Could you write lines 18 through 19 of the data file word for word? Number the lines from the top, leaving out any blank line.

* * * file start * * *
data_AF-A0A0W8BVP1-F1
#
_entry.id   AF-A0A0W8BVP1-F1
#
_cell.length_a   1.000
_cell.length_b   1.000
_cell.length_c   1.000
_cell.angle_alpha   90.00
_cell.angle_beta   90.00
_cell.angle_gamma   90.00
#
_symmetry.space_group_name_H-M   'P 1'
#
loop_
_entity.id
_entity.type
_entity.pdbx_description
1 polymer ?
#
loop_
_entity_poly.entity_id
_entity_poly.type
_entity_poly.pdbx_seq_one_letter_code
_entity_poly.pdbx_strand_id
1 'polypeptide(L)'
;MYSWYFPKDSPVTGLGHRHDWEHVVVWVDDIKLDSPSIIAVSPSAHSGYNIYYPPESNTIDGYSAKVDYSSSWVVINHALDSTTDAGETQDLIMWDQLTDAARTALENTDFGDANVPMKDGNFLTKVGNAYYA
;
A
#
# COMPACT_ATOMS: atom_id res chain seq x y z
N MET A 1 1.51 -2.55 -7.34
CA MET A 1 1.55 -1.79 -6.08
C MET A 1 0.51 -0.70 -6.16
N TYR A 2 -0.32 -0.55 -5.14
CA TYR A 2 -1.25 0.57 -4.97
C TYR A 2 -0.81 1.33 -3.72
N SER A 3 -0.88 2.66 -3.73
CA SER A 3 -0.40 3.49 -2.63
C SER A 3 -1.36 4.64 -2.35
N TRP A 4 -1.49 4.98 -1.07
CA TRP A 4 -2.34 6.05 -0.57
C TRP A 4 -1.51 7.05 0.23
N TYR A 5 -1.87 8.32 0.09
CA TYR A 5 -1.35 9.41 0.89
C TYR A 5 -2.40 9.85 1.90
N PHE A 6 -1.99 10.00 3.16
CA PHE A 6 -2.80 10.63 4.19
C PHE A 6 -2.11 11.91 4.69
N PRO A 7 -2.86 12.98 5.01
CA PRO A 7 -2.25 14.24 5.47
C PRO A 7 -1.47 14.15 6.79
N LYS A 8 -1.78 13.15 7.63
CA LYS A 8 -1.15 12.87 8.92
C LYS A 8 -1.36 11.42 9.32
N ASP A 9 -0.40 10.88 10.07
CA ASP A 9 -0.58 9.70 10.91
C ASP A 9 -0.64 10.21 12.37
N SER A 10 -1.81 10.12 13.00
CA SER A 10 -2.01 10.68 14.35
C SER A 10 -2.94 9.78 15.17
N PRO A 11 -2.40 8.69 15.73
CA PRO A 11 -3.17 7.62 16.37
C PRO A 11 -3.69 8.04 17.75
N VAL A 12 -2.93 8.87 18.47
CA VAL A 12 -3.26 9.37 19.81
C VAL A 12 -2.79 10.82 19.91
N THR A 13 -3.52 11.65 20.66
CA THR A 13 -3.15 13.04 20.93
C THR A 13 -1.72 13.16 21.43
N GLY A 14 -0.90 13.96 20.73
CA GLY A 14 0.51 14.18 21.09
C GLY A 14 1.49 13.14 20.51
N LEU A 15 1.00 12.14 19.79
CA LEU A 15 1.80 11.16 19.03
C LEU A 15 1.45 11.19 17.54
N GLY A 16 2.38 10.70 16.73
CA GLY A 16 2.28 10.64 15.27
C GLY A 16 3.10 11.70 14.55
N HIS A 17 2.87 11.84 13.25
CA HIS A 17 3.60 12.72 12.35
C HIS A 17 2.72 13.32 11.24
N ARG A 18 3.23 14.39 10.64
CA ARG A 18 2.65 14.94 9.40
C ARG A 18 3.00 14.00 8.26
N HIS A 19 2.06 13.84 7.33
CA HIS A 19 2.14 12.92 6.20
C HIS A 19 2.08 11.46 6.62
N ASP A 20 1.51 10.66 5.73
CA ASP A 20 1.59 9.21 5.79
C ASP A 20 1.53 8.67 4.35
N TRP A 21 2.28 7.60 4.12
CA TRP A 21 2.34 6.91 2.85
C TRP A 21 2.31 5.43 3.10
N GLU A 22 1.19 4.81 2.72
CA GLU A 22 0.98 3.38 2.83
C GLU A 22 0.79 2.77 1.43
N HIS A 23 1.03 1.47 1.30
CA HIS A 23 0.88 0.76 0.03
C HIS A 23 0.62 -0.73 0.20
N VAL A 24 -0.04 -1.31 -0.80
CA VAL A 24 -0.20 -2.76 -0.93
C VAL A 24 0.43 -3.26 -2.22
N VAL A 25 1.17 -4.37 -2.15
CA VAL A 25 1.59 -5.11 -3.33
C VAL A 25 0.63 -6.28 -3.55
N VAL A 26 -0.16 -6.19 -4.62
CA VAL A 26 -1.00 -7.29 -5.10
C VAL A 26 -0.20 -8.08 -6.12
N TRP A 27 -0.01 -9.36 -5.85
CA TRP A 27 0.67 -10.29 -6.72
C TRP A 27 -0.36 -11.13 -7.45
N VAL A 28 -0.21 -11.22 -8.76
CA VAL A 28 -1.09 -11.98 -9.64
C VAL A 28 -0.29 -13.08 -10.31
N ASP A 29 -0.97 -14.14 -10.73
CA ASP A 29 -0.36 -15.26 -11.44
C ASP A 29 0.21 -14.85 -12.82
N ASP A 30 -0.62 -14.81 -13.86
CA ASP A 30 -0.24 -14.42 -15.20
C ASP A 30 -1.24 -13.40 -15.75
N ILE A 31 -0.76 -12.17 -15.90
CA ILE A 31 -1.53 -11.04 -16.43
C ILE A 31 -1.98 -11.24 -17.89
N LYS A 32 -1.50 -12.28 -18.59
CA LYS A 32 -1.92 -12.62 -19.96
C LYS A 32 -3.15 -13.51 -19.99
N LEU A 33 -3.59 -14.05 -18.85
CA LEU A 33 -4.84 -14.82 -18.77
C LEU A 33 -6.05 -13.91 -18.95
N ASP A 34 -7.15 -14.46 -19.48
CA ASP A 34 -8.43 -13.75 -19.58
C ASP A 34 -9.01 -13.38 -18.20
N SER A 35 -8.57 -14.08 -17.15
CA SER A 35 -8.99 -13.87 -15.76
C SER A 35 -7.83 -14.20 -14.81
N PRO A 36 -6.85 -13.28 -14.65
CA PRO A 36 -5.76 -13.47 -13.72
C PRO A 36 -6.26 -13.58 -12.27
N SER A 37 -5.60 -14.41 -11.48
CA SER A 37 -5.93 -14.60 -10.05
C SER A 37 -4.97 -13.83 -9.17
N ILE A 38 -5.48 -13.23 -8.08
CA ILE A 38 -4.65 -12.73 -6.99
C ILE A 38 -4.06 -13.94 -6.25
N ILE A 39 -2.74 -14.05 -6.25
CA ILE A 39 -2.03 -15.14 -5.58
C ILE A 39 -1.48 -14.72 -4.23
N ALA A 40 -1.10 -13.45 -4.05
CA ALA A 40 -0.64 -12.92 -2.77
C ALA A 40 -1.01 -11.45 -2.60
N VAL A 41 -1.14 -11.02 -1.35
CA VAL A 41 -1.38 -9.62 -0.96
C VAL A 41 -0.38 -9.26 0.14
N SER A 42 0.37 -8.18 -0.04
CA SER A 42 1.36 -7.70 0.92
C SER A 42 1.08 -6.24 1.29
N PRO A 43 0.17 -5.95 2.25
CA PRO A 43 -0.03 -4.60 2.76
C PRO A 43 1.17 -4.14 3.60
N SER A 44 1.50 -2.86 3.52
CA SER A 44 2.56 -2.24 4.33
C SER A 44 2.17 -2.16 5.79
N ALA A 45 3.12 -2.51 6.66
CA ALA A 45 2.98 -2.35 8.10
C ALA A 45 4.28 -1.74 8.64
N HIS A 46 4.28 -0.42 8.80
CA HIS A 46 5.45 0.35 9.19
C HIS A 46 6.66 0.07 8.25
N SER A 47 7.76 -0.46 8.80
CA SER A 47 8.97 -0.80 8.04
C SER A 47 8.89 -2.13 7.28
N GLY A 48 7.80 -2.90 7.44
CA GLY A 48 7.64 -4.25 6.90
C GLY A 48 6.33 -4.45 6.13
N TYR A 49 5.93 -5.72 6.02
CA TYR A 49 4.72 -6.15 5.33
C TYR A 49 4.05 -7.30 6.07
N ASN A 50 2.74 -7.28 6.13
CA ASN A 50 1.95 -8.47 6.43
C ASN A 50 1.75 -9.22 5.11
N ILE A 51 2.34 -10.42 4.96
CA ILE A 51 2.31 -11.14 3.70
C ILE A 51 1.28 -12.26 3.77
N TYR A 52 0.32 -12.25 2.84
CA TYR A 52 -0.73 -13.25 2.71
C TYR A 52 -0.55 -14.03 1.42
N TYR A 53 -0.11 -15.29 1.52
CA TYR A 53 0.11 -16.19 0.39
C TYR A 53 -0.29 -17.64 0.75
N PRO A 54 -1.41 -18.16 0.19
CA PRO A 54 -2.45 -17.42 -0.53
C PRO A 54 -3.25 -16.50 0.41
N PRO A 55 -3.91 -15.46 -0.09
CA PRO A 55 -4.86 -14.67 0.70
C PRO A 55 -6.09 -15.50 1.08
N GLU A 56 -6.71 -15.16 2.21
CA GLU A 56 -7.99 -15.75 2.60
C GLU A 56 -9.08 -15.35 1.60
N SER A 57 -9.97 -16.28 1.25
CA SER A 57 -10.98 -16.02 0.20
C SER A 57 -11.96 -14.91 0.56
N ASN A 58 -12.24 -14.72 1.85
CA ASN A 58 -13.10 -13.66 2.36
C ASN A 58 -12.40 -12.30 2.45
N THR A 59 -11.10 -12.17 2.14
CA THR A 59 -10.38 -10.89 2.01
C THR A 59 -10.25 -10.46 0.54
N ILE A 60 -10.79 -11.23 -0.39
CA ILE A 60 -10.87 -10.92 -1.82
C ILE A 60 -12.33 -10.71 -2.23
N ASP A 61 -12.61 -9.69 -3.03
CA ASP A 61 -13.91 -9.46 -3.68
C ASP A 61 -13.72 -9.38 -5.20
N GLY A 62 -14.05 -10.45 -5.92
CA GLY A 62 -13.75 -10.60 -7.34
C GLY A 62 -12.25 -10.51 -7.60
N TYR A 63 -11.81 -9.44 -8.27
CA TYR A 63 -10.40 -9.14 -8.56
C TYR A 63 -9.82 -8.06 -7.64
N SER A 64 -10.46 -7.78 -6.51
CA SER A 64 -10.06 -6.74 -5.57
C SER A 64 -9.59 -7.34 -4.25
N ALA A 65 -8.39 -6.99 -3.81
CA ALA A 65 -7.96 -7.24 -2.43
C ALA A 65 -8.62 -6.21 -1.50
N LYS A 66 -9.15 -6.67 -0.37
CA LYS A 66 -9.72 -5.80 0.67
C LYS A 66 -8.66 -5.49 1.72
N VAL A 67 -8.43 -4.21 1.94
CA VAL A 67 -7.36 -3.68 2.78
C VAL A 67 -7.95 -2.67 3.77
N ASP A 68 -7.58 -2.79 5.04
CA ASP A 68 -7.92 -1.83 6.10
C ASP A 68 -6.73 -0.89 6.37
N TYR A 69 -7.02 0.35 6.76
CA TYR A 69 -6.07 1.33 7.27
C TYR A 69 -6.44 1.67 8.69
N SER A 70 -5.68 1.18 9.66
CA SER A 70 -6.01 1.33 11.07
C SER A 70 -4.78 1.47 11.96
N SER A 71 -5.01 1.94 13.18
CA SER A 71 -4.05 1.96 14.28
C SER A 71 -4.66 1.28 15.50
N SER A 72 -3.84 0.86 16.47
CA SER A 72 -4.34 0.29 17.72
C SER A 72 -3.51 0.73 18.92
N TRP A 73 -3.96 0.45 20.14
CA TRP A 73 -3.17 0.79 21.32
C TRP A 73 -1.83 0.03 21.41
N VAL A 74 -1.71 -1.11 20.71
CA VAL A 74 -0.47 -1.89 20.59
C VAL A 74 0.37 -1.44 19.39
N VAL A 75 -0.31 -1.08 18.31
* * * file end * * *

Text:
1 polymer ?
#